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Sen. Orr: Clean lottery bill ‘would pass in a New York second’

Lottery and gambling continues to be an issue debated in Alabama even though the Legislature failed to pass any related bills in the last session.

This year, a comprehensive gambling proposal in the Senate by State Sen. Greg Albritton (R-Atmore) would created a lottery, five casinos, two casinos, sports betting and statewide regulation of gambling.

There was also a “clean” lottery bill going through the House by State Rep. Chip Brown (R-Hollinger’s Island). It which would have allowed Alabamians to vote on a state education lottery.

Friday on WVNN’s “The Dale Jackson Show,” State Sen. Arthur Orr (R-Decatur) explained why lottery and gambling legislation is so difficult to pass in the Yellowhammer State.

“A lottery, a clear lottery, call it what you will, probably would include scratch-offs and other things, it would pass in a New York second,” Orr said, “if it were able to go in that fashion.”

Orr said the gaming interests keep getting in the way from accomplishing what the majority of Alabamians support, which is some kind of lottery.

“However, all the legacy gaming interests, be they the video bingo halls in some of the Black Belt counties, or the Indian gaming down in south Alabama, they do not want that lottery train leaving without their issues on it,” he said. “And that would be full-scale gaming.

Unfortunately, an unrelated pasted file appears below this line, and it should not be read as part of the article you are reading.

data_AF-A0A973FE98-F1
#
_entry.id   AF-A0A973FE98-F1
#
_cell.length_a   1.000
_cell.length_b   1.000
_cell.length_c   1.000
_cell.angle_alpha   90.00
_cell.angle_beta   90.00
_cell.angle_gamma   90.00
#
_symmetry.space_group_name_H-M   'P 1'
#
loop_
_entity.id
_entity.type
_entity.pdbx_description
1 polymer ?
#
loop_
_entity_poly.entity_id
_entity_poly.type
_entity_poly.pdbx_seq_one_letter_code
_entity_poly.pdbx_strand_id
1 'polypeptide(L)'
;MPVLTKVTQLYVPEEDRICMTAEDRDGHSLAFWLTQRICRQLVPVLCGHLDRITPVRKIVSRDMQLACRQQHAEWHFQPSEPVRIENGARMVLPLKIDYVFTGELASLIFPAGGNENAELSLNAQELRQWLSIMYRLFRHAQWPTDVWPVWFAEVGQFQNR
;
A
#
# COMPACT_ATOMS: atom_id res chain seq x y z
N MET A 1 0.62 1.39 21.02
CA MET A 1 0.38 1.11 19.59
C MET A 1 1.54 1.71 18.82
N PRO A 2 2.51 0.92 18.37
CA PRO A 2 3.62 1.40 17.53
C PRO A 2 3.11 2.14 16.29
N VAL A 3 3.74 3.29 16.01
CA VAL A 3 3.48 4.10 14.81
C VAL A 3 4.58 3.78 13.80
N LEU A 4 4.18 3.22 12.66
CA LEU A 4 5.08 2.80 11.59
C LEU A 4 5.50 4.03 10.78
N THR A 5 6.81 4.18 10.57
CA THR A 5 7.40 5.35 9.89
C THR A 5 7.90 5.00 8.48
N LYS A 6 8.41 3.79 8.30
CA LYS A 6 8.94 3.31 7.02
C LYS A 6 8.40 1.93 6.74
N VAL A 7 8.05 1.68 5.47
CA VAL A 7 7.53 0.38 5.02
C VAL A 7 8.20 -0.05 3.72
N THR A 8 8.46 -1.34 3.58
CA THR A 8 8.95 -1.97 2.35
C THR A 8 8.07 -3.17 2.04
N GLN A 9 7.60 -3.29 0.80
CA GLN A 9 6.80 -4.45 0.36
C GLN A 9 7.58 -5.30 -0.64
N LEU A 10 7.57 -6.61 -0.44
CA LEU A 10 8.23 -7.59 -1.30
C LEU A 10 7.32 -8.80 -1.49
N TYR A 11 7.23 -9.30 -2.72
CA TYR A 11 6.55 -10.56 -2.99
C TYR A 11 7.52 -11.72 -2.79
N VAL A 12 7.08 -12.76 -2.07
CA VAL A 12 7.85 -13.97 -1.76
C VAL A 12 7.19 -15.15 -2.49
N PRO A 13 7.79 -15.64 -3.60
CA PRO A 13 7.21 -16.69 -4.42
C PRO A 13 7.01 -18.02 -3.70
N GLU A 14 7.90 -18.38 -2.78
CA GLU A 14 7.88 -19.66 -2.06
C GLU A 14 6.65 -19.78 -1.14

“And, unfortunately, they want to carve up the state, not have it bid out, have other organizations try to get the highest dollar and they basically want to franchise for the state.”

He also said there’s a possibility things could change in the near future to get something done, but it still won’t be easy to accomplish.

“New Legislature coming in; we’ll see what happens,” he said. “The membership will be changing and that may move the numbers one way or another.”

Orr reiterated that Alabamians deserve a chance to decide if they want some kind of lottery in the state.

“The people deserve the right to vote on that lottery,” he said. “That’s what I hear the most, and want the right to vote on that up or down. If you’re against it, vote against it, you’re for it vote for it, but it’s a shame seeing it being held up by those entrenched high-moneyed interests that want their issues taken care of as well and, unfortunately, to their advantage.”

Yaffee is a contributing writer to Yellowhammer News and hosts “The Yaffee Program” Weekdays 9-11am on WVNN. You can follow him on Twitter @Yaffee

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